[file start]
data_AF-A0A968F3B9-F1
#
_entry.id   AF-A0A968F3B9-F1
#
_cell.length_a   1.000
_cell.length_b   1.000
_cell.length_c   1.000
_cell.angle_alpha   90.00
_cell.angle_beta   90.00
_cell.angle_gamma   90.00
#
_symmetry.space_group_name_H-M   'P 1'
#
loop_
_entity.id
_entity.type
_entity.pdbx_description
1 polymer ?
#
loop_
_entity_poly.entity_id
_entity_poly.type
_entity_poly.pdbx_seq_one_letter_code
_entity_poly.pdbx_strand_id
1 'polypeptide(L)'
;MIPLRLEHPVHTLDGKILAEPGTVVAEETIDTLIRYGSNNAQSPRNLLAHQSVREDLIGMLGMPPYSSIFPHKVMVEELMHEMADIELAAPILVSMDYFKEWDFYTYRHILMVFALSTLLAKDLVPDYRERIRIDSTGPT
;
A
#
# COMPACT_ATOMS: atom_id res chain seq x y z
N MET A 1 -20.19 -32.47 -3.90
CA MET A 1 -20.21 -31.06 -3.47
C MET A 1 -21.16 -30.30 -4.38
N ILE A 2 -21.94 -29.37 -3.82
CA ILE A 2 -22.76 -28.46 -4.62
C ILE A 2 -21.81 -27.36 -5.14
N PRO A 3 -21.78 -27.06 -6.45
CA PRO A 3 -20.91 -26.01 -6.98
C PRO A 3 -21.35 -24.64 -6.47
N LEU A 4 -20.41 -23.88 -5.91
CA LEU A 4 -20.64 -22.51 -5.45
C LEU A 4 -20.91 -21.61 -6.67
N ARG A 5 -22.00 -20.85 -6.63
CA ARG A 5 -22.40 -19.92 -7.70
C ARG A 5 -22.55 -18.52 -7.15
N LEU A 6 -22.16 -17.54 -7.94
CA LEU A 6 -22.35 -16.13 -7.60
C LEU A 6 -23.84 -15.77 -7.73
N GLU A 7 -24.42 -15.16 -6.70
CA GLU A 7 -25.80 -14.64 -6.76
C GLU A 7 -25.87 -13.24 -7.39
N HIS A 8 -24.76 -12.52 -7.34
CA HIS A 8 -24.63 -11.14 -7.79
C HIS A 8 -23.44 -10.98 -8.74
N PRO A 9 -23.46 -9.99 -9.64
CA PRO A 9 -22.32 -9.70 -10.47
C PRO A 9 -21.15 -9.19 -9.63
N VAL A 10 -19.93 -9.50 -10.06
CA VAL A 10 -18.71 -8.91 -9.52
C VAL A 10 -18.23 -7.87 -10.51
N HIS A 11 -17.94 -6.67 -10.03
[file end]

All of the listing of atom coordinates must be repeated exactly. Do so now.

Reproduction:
data_AF-A0A968F3B9-F1
#
_entry.id   AF-A0A968F3B9-F1
#
_cell.length_a   1.000
_cell.length_b   1.000
_cell.length_c   1.000
_cell.angle_alpha   90.00
_cell.angle_beta   90.00
_cell.angle_gamma   90.00
#
_symmetry.space_group_name_H-M   'P 1'
#
loop_
_entity.id
_entity.type
_entity.pdbx_description
1 polymer ?
#
loop_
_entity_poly.entity_id
_entity_poly.type
_entity_poly.pdbx_seq_one_letter_code
_entity_poly.pdbx_strand_id
1 'polypeptide(L)'
;MIPLRLEHPVHTLDGKILAEPGTVVAEETIDTLIRYGSNNAQSPRNLLAHQSVREDLIGMLGMPPYSSIFPHKVMVEELMHEMADIELAAPILVSMDYFKEWDFYTYRHILMVFALSTLLAKDLVPDYRERIRIDSTGPT
;
A
#
# COMPACT_ATOMS: atom_id res chain seq x y z
N MET A 1 -20.19 -32.47 -3.90
CA MET A 1 -20.21 -31.06 -3.47
C MET A 1 -21.16 -30.30 -4.38
N ILE A 2 -21.94 -29.37 -3.82
CA ILE A 2 -22.76 -28.46 -4.62
C ILE A 2 -21.81 -27.36 -5.14
N PRO A 3 -21.78 -27.06 -6.45
CA PRO A 3 -20.91 -26.01 -6.98
C PRO A 3 -21.35 -24.64 -6.47
N LEU A 4 -20.41 -23.88 -5.91
CA LEU A 4 -20.64 -22.51 -5.45
C LEU A 4 -20.91 -21.61 -6.67
N ARG A 5 -22.00 -20.85 -6.63
CA ARG A 5 -22.40 -19.92 -7.70
C ARG A 5 -22.55 -18.52 -7.15
N LEU A 6 -22.16 -17.54 -7.94
CA LEU A 6 -22.35 -16.13 -7.60
C LEU A 6 -23.84 -15.77 -7.73
N GLU A 7 -24.42 -15.16 -6.70
CA GLU A 7 -25.80 -14.64 -6.76
C GLU A 7 -25.87 -13.24 -7.39
N HIS A 8 -24.76 -12.52 -7.34
CA HIS A 8 -24.63 -11.14 -7.79
C HIS A 8 -23.44 -10.98 -8.74
N PRO A 9 -23.46 -9.99 -9.64
CA PRO A 9 -22.32 -9.70 -10.47
C PRO A 9 -21.15 -9.19 -9.63
N VAL A 10 -19.93 -9.50 -10.06
CA VAL A 10 -18.71 -8.91 -9.52
C VAL A 10 -18.23 -7.87 -10.51
N HIS A 11 -17.94 -6.67 -10.03